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'80s film showdown: When Alan Alda bends, he's funny

28

January

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Alan Alda might seriously be one of the most unrewarded actors of the '80s. I'll watch his work from any decade (particularly his turn as Dr. Robert Gallo in 1993's And the Band Played On, 1997's Murder at 1600 and his short stint on TV's The West Wing), but don't forget that Alda and friends essentially ushered smart comedy/drama television into the '80s with M*A*S*H, which wrapped production in 1983.

Alda, who turns 75 today, should never lament that his "Captain Benjamin Franklin Pierce" will probably overshadow his movie work in the '80s. I have fond memories of two movies in particular. And since he didn't have five movies that decade to honor, I'll focus on just the pair that really stick out: 1986's Sweet Liberty and 1989's Crimes and Misdemeanors. Which is better? Let's find out.

SWEET LIBERTY
The plot:
 A history professor at a small town college watches in disbelief as Hollywood invades to make a movie based on his book about the Revolutionary War.
Alda's role: Alda plays the professor, Michael Burgess, who falls for the actress who plays his book's lead female character (played by Michelle Pfeiffer).
Trivia: Alda also wrote and directed the movie.
Signature line: "I think I should warn you - I have a sword in my bag."
What critics said: "Sweet Liberty probably will play better when it arrives on TV, where its episodic structure will be more at home and it won't be so obvious how all of the little set-pieces don't hang together. Like most movies about movies, it's not very realistic." -- Roger Ebert, Chicago Sun-Times.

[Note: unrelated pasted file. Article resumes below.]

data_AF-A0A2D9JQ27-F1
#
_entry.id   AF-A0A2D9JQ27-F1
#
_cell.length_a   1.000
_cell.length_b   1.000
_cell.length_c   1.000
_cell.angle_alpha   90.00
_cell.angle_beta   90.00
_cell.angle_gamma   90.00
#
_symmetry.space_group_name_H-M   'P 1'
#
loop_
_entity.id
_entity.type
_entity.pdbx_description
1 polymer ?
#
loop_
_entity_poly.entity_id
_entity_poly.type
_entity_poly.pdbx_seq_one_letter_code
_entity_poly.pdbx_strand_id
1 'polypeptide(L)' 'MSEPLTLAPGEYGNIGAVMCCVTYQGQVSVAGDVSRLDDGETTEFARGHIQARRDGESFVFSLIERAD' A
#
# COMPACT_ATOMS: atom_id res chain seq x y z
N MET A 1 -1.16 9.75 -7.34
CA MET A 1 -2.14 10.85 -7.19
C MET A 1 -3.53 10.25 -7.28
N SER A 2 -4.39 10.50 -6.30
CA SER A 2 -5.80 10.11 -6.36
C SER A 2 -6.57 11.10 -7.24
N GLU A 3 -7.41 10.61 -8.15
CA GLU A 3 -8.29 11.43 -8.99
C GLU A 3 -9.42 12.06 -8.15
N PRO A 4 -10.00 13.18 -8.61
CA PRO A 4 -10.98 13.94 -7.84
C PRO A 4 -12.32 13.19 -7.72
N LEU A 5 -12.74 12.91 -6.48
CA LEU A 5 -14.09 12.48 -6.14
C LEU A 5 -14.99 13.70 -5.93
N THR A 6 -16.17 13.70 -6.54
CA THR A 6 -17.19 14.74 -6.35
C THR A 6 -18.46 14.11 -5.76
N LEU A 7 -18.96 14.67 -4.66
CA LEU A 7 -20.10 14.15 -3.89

CRIMES AND MISDEMEANORS
The plot:
 An opthamologist's mistress threatens to reveal their affair to his wife, while a married documentary filmmaker is infatuated by another woman.
Alda's role: Alda plays the egotistical TV producer, who hires a filmmaker (Woody Allen) to make a documentary celebrating his career.
Trivia: Alda was only supposed to appear in the opening scene but Allen expanded Alda's part after being impressed by the actor's improvisation skills. Allen would write Alda's part as the movie went along.
Signature line: "If it bends, it's funny. If it breaks, it isn't."
What critics said: "Who else but Woody Allen could make a movie in which virtue is punished, evildoing is rewarded and there is a lot of laughter - even subversive laughter at the most shocking times?" -- Roger Ebert, Chicago Sun-Times.

So yes, Crimes and Misdemeanors is easily the better of the two. But follow Ebert's advice: If Sweet Liberty comes on TV, make time to watch it. Hawkeye Pierce would appreciate it.

[Last modified: Friday, January 28, 2011 10:08am]

    

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